Introduction: Sonar Headset
This sonar headset enables the wearer to "see" head-level objects using an ultrasonic sensor and a buzzer.
In media you often see the trope of a wise blind monk who seems to be able to orient himself perfectly without eyesight. This inspired me to start this project and make the wearer feel like a person with a superhuman ability. Sadly I wasn't able to make the project in a blindfold, but I am happy with the headdress that I did make.
- Arduino Uno
- (1 or 2) Buzzer/speaker
- (1 or 2) Square force-sensitive resistor
- (1 or 2) Ultrasonic sensor HC-SR04
- Solderable breadboard
- 9V battery holder with on/off switch
- Jumper wires
- Soldering tools
- Access to a 3D printer + filament
- Hot glue gun
- A thin plastic oblong bucket
- Scraps of foam for inside padding
- Some nice looking fabric
Step 1: Step 1: the Code
Firstly, I began writing the code for this project. With the link below you can access the repository containing the three iterations of the project, with v3 being the latest and the one I personally used. v2 is more advanced; using two ultrasonic sensors for a wider viewing angle, two force-sensitive resistors to refrain the user from sticking their arms out to navigate and two speakers.
The device only starts beeping when the force resistor is pressed, and the beeping goes faster and higher in frequency the lower the registered distance by the ultrasonic sensor is.
Step 2: Step 2: Planning Out the Hardware
In this schematic I planned out the build, mainly to have an overview of how the wiring should be. The second schematic is for when you want to build the more complex version.
Step 3: Step 3: Modelling the Enclosures
The first file is meant to house the Arduino Uno, battery, and ultrasonic sensor(s). Note that I forgot to add holes for the Arduino's USB connector and power jack in the model, which I later had to drill causing a moderately messy look.
The second is meant for the speaker(s)/buzzer(s) and force resistor(s). The small hole is meant for the force resistor's jumper connections to poke through. The larger hole is for the speaker or to hear the buzzer through. A small hole is also added for wires to pass through but I advise you to make it larger just to be sure.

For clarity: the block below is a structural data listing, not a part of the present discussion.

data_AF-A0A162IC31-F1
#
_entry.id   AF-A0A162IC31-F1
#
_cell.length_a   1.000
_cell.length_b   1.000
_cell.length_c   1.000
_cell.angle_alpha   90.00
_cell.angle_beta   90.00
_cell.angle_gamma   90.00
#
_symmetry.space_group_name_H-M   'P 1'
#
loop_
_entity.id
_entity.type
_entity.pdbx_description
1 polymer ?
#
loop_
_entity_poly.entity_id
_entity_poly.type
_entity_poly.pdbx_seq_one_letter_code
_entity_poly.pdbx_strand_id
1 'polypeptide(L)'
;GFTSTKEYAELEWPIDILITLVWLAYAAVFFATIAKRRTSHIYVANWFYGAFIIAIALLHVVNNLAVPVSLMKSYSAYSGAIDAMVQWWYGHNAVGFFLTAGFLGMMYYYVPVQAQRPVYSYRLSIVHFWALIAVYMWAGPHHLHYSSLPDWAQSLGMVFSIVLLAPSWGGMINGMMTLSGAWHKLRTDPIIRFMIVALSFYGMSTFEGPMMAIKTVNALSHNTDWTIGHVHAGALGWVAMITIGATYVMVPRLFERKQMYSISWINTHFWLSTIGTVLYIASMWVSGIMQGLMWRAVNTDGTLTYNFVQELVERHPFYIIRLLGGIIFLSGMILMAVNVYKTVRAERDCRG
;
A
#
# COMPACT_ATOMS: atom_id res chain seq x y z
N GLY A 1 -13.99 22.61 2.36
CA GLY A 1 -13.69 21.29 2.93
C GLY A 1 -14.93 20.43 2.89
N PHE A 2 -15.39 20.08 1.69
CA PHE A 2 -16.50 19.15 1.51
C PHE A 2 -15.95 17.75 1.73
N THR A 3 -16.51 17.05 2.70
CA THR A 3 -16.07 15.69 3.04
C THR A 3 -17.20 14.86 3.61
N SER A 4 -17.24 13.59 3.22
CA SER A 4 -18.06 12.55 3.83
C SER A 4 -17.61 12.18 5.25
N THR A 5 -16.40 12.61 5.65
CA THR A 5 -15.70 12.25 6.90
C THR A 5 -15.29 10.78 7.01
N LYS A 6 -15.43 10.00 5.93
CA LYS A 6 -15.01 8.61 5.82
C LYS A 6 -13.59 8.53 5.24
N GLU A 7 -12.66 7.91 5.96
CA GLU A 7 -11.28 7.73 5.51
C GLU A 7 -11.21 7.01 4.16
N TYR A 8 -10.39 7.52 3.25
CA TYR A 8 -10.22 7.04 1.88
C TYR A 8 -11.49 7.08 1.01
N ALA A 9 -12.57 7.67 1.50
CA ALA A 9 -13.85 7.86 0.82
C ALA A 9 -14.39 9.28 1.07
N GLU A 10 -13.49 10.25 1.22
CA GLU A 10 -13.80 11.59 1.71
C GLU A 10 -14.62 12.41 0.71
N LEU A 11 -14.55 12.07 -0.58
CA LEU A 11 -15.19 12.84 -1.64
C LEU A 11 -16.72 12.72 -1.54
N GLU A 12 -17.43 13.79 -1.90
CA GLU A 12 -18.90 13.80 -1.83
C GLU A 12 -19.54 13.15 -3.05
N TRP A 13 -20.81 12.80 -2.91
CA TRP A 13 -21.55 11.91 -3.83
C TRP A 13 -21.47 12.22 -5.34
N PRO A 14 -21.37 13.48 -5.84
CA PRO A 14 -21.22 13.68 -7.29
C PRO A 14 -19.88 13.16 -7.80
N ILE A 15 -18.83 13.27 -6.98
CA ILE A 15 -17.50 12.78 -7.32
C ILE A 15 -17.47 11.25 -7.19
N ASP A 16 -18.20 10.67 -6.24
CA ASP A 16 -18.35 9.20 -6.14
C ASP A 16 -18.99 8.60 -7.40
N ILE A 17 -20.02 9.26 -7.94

Step 4: Step 4: Soldering
The way I soldered all my parts was kind of a mess the first time around. When I tried again I had a more step by step approach to it, making sure every part and its corresponding wires et cetera were functional. I did this by using a solderless breadboard. I went from buzzer to force resistor to ultrasonic sensor, having all their ground wires and VCCs come together on separate pieces of breadboard. Everything was pinned into the Arduino Uno instead of soldered due to my inexperience and fear of failure.
In the end, I simply glued the pieces together with hot glue to make them whole and ready to be attached to the helmet.
Step 5: Step 5: Making the Headset
To make the helmet you simply take a plastic bucket that's easy-ish to cute into with scissors. You cut out strips or holes where you want the enclosures to go and glue them in using your hot glue gun. For some extra comfort for the wearer, I glued in some foam scraps, which also help in keeping the helmet from moving around.
Using a long patterned sash I had laying around I decorated the helmet a bit, covering up the earpiece and some damaged parts where the plastic cracked.
Step 6: Step 6: Done!
You now own a quite unwieldy piece of hardware, congratulations! I'm probably going to disassemble it to use the Arduino for another project but it was at least a lot of fun to build this thing. Enjoy this picture where my second or third chin is proudly displayed along with my creation.